Capitalizing on innovation needs much more than good ideas. (P1) Source: GE Reports, Ghetty Images
****This piece first appeared in UPS’ Longitudes.*****
Do your company’s leaders actually define what “innovation” means for them? Exploring the gap between aspiration and accomplishment is the difference between businesses that innovate successfully and those that don’t, writes Craig Arnold, vice president of sales for UPS Europe.
Everyone can innovate. But innovative thought by itself is incomplete.
Throughout my 30-year career, I have helped many businesses re-engineer their supply chains and boost their services – efforts that have certainly paid off. But when it comes to innovation, there appears to be a gap between aspiration and accomplishment. So what’s missing?
While many companies put a lot of emphasis on designing and launching products, they haven’t built innovation into their business models. This can often result in missed opportunities.
To avoid this problem, here are three tips for companies looking to pair innovation with business growth:
Innovation has many roots (P2) image credits: Paul Foreman
Decide what innovation means to you
To some, innovation is about doing things better to keep pace with the competition. And to others, it is about making the seemingly impossible, possible.
One thing’s for sure, a shared definition of innovation within your business is critical. It’s no easy task, but without a shared understanding of your goals it becomes impossible to know how much “real” innovation you are achieving and whether it’s paying off.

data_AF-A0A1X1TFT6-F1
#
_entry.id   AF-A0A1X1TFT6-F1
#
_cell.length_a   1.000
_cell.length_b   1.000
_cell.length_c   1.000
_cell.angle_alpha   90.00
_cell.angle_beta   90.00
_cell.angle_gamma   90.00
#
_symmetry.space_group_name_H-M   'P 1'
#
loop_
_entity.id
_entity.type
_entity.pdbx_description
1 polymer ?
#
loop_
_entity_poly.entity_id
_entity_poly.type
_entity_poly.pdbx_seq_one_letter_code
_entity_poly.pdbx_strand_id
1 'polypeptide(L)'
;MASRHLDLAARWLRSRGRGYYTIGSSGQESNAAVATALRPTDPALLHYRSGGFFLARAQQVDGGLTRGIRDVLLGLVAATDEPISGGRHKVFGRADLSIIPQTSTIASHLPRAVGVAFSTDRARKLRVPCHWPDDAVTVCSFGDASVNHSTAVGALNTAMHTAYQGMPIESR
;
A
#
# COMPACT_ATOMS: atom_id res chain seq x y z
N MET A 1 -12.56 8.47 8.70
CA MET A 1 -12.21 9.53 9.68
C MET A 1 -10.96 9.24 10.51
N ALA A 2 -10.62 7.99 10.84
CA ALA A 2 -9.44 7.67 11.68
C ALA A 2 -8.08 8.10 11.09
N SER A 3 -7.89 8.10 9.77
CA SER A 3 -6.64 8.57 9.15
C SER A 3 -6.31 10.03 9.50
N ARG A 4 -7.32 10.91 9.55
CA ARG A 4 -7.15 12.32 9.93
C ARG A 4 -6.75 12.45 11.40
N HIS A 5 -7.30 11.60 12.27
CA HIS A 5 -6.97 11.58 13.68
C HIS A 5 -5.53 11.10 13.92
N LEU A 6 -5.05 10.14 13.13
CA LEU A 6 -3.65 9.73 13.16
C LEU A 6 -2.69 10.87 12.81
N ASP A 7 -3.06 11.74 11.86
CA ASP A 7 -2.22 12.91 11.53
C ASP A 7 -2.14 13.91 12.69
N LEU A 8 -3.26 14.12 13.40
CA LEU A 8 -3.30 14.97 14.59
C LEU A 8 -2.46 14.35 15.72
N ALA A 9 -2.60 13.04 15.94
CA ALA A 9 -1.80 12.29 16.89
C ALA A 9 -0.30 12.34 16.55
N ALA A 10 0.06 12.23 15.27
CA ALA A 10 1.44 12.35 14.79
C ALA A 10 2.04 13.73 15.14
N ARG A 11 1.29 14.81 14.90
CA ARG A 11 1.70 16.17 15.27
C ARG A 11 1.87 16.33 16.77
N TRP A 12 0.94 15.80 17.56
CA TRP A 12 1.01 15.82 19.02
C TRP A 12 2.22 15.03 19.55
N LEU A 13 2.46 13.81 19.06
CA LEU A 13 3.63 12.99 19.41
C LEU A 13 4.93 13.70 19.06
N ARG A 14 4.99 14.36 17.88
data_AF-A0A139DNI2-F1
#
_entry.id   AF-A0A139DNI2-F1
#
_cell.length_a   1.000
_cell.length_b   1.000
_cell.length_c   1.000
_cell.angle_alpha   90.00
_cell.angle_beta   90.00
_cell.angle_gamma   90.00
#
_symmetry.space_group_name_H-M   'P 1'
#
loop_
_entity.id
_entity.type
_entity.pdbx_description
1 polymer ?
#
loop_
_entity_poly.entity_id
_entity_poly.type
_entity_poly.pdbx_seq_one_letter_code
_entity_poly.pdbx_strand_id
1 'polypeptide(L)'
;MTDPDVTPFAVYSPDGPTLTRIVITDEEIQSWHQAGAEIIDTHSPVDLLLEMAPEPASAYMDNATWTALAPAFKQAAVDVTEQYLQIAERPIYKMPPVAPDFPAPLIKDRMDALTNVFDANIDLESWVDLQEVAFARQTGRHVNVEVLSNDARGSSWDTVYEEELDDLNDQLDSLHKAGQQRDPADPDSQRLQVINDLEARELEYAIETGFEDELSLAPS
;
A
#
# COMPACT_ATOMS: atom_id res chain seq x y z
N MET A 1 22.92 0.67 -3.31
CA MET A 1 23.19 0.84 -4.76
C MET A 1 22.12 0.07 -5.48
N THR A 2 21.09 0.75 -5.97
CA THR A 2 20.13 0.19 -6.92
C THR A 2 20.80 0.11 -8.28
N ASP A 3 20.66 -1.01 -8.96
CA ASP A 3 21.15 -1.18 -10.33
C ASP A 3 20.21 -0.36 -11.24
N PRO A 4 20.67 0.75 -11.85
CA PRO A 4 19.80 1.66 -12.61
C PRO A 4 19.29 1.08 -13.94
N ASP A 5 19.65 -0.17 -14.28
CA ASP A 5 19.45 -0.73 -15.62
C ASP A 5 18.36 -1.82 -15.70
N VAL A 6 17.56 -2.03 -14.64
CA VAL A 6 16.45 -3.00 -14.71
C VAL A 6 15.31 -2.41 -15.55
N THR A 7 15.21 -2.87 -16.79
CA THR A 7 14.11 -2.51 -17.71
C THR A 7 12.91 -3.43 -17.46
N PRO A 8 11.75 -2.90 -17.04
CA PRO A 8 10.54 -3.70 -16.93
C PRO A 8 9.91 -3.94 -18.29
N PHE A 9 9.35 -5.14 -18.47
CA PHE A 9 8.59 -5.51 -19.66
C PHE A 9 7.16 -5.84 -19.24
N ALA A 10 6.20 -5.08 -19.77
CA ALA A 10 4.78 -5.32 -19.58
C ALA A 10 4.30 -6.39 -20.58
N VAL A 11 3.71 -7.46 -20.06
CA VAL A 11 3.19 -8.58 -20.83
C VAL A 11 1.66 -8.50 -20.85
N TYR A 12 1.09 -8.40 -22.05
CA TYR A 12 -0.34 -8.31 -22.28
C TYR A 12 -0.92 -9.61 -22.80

Don’t be afraid to engage the various stakeholders in your organization to build innovation into your long-term plan. Giving direction to innovation allows you to adapt and explore new opportunities.
What does innovation mean to your customers? (P3)
Tap into your customer's needs – but also their knowledge
Perhaps you do make the impossible a reality. But do your customers really want that? Does it sit well with their company culture, their history, their geographical location? Is your product or service so sophisticated that it might even cause issues for your customers (systems issues, for example)?
Overlooking these considerations can be costly. Innovation is not a blanket response. Listen to your customers – they might surprise you. They are also competitive in their industry and may even know things you don’t about your company’s product.
Ultimately, understanding your customers’ needs can establish a win-win business relationship and foster mutual success.
Select the right recruits (P4)
Bring new talent on board
Building systemic innovation means recruiting the right people. Gone are the days of rules, hierarchy, tradition and hiring for education or expert knowledge. Nowadays, workplaces are open and collaborative. To become truly innovative, disruption is essential.
That’s where millennials – young adults who will soon make up the majority of the global workforce – come into play.
While millennials sometimes get a bad rap, they are tech-savvy, creative and flexible. This new generation of workers is attracted to companies that offer them the autonomy and freedom to challenge, experiment and create.
Don’t dismiss this value. Recruit for soft skills, rather than a skill set that can be learned. Businesses that welcome millennials and allow them to thrive are proving more successful than their less innovative counterparts.
Innovation can be a catalyst for growth and help you adapt and flourish in the marketplace. By unlocking these hidden elements, companies can build innovation into the very fabric of their business.
All views expressed are those of the author.